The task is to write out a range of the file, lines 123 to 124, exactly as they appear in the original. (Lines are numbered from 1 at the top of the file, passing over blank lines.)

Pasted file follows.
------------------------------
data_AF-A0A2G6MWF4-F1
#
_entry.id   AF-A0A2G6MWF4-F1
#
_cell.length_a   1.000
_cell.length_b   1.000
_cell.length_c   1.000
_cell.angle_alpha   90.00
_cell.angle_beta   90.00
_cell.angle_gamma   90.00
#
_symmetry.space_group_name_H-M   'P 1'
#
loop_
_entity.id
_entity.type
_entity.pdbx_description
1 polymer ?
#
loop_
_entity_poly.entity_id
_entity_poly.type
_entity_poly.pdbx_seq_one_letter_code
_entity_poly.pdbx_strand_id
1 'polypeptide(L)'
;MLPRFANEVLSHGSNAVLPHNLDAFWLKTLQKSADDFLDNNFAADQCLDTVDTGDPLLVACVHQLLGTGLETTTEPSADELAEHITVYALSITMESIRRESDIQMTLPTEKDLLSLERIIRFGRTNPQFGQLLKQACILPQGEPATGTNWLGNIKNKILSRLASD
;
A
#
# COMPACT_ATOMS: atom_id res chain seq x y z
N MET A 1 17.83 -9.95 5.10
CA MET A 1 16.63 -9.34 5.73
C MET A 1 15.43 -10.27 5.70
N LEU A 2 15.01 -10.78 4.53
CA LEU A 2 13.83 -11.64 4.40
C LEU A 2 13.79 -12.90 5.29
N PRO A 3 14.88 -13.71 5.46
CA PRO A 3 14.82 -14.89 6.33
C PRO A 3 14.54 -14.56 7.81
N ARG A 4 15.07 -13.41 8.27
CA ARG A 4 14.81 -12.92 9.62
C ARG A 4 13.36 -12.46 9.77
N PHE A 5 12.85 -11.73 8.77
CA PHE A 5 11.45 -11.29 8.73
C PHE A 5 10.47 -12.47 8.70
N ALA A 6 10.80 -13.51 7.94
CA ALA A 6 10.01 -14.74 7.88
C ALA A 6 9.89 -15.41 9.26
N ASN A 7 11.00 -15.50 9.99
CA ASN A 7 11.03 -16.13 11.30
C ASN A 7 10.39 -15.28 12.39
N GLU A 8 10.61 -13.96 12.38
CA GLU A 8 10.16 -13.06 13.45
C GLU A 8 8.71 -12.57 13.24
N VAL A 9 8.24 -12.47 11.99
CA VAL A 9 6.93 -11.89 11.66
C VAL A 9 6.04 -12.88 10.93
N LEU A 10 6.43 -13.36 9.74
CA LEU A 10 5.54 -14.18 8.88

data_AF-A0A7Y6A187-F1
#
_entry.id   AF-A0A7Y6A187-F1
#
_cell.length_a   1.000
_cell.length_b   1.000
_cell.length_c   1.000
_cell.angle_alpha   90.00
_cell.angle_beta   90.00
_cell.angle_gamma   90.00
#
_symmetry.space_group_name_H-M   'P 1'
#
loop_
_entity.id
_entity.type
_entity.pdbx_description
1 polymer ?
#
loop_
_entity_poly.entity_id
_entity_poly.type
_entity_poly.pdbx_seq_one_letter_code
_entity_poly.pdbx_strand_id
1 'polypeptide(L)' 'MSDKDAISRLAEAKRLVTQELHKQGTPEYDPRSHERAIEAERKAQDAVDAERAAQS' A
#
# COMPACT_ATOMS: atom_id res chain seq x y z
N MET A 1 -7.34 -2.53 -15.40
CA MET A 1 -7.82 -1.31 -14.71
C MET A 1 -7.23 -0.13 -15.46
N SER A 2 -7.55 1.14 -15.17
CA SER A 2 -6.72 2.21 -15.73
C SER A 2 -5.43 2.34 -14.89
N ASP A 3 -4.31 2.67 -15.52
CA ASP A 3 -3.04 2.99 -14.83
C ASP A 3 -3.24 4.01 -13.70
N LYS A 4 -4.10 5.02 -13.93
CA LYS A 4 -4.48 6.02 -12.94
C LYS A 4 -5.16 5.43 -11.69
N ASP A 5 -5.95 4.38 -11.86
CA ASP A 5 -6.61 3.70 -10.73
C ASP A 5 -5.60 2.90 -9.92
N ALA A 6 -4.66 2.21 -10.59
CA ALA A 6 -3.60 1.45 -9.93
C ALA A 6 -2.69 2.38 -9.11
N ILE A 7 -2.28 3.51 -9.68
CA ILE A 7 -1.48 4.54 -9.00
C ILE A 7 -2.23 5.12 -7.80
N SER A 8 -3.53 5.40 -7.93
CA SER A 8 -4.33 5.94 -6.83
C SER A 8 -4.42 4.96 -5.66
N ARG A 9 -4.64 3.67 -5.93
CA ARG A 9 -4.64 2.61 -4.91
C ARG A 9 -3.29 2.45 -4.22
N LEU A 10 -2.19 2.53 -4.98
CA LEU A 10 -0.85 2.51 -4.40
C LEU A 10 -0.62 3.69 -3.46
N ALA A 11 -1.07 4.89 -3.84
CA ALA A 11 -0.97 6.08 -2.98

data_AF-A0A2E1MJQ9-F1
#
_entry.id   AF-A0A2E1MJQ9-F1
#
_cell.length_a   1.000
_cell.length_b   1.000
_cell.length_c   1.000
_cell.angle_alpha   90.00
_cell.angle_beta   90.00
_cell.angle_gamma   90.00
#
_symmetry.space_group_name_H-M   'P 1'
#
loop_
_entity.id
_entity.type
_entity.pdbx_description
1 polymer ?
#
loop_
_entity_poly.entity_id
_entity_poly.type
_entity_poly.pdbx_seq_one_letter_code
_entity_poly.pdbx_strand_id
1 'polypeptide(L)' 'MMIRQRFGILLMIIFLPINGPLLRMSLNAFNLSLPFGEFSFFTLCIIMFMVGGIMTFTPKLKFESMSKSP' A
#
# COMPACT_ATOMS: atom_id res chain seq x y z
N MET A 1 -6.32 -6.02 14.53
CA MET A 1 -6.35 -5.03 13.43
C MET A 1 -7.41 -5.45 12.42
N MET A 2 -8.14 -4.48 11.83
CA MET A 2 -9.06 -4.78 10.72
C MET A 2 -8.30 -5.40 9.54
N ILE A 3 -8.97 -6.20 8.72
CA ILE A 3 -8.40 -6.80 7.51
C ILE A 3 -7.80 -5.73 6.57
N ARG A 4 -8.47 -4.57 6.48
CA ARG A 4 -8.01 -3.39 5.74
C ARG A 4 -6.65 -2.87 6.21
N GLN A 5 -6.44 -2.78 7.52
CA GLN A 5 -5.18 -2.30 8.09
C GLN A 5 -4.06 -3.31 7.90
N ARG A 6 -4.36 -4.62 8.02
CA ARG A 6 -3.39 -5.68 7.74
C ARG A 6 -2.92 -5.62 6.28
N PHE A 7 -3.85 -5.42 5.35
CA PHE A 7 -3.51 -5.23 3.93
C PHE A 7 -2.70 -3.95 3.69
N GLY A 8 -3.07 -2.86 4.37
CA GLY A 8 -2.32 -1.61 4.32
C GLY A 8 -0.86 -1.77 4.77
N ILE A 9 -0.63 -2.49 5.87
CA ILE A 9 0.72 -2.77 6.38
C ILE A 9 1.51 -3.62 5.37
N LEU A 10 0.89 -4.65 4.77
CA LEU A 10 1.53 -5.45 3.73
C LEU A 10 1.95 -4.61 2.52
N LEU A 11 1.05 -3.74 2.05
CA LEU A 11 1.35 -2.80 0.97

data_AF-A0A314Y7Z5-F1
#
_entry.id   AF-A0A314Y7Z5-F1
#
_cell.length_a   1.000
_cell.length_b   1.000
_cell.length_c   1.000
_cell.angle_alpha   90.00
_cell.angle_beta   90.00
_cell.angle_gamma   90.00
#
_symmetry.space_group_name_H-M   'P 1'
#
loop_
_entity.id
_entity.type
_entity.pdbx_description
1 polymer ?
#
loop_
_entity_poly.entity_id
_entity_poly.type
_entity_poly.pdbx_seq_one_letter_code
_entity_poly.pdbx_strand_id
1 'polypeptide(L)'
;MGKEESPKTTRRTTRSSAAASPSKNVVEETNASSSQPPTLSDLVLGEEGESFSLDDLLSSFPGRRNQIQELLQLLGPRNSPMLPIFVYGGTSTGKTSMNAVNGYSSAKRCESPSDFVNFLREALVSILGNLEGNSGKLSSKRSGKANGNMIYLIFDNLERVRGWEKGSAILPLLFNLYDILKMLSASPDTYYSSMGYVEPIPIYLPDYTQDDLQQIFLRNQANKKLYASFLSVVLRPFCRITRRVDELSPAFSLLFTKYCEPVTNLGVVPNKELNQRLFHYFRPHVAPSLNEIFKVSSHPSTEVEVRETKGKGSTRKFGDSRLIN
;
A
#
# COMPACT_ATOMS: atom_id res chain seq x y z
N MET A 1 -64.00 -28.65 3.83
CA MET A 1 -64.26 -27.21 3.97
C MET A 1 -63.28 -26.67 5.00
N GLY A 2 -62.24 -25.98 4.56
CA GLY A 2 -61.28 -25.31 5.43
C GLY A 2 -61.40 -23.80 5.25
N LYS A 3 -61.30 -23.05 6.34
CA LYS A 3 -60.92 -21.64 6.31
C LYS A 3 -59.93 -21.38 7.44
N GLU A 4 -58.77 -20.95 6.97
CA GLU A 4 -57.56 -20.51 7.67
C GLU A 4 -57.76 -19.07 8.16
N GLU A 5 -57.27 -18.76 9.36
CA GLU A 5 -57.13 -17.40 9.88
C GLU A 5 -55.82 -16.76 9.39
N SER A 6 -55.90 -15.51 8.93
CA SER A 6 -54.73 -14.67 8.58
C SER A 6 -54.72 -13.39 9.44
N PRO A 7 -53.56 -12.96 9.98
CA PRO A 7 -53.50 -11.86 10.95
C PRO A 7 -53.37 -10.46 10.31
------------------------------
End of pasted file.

_cell.length_a   1.000
_cell.length_b   1.000